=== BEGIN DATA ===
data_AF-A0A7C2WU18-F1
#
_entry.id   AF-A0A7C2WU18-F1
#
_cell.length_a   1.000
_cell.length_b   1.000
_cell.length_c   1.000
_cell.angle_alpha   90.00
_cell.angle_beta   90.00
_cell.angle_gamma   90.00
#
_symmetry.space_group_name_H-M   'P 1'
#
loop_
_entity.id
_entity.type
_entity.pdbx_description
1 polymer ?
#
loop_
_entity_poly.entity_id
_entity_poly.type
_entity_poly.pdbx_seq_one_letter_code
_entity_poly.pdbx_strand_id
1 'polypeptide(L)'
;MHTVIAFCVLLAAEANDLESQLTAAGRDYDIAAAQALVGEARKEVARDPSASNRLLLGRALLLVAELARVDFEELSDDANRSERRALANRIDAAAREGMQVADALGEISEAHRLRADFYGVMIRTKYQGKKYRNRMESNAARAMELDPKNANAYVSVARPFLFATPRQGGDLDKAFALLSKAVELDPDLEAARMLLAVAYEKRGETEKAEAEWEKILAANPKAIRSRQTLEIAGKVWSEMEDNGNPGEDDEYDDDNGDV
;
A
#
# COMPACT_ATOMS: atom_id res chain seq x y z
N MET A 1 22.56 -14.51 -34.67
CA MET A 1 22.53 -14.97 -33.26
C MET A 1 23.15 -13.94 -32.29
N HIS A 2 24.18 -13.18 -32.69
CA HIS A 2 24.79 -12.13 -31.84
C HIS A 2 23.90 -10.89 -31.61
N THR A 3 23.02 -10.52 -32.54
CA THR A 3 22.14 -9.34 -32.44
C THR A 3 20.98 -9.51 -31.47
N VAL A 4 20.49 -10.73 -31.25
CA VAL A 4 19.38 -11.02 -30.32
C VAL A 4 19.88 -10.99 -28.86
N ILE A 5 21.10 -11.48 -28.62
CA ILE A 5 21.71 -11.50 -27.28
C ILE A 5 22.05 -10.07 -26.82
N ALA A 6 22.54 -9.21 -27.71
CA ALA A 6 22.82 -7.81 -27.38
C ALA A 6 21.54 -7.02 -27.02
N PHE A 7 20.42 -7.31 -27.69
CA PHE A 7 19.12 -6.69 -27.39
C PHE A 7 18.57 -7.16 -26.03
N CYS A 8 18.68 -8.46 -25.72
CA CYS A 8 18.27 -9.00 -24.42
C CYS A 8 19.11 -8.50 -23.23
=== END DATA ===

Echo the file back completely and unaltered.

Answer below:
data_AF-A0A7C2WU18-F1
#
_entry.id   AF-A0A7C2WU18-F1
#
_cell.length_a   1.000
_cell.length_b   1.000
_cell.length_c   1.000
_cell.angle_alpha   90.00
_cell.angle_beta   90.00
_cell.angle_gamma   90.00
#
_symmetry.space_group_name_H-M   'P 1'
#
loop_
_entity.id
_entity.type
_entity.pdbx_description
1 polymer ?
#
loop_
_entity_poly.entity_id
_entity_poly.type
_entity_poly.pdbx_seq_one_letter_code
_entity_poly.pdbx_strand_id
1 'polypeptide(L)'
;MHTVIAFCVLLAAEANDLESQLTAAGRDYDIAAAQALVGEARKEVARDPSASNRLLLGRALLLVAELARVDFEELSDDANRSERRALANRIDAAAREGMQVADALGEISEAHRLRADFYGVMIRTKYQGKKYRNRMESNAARAMELDPKNANAYVSVARPFLFATPRQGGDLDKAFALLSKAVELDPDLEAARMLLAVAYEKRGETEKAEAEWEKILAANPKAIRSRQTLEIAGKVWSEMEDNGNPGEDDEYDDDNGDV
;
A
#
# COMPACT_ATOMS: atom_id res chain seq x y z
N MET A 1 22.56 -14.51 -34.67
CA MET A 1 22.53 -14.97 -33.26
C MET A 1 23.15 -13.94 -32.29
N HIS A 2 24.18 -13.18 -32.69
CA HIS A 2 24.79 -12.13 -31.84
C HIS A 2 23.90 -10.89 -31.61
N THR A 3 23.02 -10.52 -32.54
CA THR A 3 22.14 -9.34 -32.44
C THR A 3 20.98 -9.51 -31.47
N VAL A 4 20.49 -10.73 -31.25
CA VAL A 4 19.38 -11.02 -30.32
C VAL A 4 19.88 -10.99 -28.86
N ILE A 5 21.10 -11.48 -28.62
CA ILE A 5 21.71 -11.50 -27.28
C ILE A 5 22.05 -10.07 -26.82
N ALA A 6 22.54 -9.21 -27.71
CA ALA A 6 22.82 -7.81 -27.38
C ALA A 6 21.54 -7.02 -27.02
N PHE A 7 20.42 -7.31 -27.69
CA PHE A 7 19.12 -6.69 -27.39
C PHE A 7 18.57 -7.16 -26.03
N CYS A 8 18.68 -8.46 -25.72
CA CYS A 8 18.27 -9.00 -24.42
C CYS A 8 19.11 -8.50 -23.23